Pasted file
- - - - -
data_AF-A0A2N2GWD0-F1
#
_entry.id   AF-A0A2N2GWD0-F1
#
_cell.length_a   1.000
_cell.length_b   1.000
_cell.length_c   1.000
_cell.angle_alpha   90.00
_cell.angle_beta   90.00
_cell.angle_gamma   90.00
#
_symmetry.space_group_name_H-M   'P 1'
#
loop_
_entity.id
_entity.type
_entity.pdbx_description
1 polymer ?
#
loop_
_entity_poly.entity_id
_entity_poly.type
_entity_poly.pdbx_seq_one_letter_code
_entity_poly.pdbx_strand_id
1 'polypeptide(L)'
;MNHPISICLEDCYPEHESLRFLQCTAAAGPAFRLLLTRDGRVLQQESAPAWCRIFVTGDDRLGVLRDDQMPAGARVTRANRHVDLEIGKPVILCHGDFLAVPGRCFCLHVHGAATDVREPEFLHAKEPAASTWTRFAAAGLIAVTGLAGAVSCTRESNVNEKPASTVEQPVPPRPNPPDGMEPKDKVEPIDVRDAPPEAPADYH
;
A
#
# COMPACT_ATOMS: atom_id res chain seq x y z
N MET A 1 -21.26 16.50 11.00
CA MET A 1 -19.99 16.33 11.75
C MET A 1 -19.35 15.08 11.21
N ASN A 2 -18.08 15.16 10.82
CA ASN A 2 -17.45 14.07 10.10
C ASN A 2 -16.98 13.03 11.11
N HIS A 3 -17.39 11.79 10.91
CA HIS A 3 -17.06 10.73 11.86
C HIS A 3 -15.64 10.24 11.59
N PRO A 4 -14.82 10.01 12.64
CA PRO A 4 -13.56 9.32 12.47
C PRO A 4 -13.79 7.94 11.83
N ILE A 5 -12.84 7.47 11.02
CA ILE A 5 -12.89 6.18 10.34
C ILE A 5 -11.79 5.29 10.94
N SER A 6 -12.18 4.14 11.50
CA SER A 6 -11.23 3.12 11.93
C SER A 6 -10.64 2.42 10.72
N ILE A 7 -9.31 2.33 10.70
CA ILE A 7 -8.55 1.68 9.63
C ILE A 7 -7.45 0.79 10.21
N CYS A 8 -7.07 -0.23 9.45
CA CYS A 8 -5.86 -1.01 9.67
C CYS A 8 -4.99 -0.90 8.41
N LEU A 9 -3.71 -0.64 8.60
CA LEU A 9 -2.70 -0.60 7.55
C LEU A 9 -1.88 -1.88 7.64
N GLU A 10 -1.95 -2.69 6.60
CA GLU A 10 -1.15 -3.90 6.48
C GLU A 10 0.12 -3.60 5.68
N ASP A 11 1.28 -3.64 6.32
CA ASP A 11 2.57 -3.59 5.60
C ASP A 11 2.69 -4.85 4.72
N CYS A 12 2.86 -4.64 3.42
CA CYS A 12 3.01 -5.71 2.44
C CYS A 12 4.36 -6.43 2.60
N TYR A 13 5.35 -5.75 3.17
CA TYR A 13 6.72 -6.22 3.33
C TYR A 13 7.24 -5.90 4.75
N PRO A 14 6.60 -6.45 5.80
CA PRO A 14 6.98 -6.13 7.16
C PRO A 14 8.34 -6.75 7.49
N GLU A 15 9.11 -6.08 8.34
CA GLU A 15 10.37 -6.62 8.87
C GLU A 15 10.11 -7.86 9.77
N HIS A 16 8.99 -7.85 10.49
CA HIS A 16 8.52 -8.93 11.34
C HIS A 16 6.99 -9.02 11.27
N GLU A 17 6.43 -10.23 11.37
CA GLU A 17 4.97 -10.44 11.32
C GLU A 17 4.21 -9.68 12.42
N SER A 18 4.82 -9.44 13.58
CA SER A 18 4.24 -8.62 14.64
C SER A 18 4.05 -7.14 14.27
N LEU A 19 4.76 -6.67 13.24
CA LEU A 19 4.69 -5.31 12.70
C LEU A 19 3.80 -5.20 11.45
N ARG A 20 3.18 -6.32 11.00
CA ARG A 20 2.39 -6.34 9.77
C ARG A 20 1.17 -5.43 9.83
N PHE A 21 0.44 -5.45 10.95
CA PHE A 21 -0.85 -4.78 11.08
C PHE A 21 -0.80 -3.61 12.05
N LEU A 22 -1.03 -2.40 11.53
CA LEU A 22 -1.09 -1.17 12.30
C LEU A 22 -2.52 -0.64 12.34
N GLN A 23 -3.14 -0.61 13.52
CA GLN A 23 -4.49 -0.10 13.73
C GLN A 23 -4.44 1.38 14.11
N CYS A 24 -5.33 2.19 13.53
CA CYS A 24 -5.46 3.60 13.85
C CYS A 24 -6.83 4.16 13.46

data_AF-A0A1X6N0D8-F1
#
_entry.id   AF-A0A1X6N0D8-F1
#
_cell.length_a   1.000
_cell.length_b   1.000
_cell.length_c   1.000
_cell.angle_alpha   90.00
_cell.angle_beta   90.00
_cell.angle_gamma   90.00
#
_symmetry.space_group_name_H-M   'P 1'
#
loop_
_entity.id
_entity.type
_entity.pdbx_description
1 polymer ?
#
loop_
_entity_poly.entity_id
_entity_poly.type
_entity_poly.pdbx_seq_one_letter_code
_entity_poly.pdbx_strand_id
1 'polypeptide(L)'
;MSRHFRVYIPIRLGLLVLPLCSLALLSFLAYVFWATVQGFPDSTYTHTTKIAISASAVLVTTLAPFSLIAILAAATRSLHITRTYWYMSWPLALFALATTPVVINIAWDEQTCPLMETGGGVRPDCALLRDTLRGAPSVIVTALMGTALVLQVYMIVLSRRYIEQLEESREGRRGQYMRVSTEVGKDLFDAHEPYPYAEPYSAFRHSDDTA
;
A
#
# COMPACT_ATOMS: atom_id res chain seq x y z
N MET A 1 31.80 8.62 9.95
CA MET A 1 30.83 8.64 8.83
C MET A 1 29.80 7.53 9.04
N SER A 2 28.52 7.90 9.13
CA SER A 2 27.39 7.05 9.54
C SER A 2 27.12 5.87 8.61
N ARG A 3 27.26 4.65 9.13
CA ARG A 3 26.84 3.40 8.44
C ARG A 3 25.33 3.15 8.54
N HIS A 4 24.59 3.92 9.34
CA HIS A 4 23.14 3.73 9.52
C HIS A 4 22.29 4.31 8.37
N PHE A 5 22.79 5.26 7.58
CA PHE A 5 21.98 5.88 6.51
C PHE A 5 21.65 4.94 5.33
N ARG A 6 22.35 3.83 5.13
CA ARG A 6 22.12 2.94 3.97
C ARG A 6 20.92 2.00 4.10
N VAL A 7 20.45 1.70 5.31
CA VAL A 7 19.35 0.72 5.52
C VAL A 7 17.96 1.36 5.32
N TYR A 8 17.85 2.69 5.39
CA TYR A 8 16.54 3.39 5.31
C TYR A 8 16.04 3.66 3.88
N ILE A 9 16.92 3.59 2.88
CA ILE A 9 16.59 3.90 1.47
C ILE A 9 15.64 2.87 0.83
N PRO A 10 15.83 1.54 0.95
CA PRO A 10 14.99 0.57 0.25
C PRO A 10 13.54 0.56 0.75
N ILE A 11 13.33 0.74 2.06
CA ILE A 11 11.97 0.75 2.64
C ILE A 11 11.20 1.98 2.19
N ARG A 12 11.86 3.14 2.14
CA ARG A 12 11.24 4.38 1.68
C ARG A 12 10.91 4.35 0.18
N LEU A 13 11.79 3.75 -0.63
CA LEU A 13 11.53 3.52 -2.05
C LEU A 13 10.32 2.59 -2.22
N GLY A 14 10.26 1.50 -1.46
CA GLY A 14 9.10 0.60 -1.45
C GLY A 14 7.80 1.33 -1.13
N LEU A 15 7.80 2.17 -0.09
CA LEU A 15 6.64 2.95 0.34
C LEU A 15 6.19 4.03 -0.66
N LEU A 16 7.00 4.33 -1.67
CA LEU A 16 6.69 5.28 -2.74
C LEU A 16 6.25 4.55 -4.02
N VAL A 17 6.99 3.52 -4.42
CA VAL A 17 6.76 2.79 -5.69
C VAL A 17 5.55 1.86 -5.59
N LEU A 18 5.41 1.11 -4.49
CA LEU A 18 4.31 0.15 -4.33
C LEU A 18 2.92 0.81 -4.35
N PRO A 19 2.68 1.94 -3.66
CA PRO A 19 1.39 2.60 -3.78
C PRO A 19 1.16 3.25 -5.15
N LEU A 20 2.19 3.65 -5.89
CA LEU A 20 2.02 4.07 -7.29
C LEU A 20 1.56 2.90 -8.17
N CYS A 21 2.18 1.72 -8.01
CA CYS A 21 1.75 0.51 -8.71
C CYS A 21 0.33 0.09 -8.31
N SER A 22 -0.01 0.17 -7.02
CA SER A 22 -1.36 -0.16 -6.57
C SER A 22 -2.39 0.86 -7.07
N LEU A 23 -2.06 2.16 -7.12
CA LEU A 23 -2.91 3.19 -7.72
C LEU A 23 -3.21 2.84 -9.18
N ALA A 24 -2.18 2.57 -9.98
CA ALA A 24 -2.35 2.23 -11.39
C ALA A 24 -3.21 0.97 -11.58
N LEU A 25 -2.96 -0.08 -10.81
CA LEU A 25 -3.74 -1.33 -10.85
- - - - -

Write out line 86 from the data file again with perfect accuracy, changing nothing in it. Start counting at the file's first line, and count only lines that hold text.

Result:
CA LEU A 19 4.69 -5.31 12.70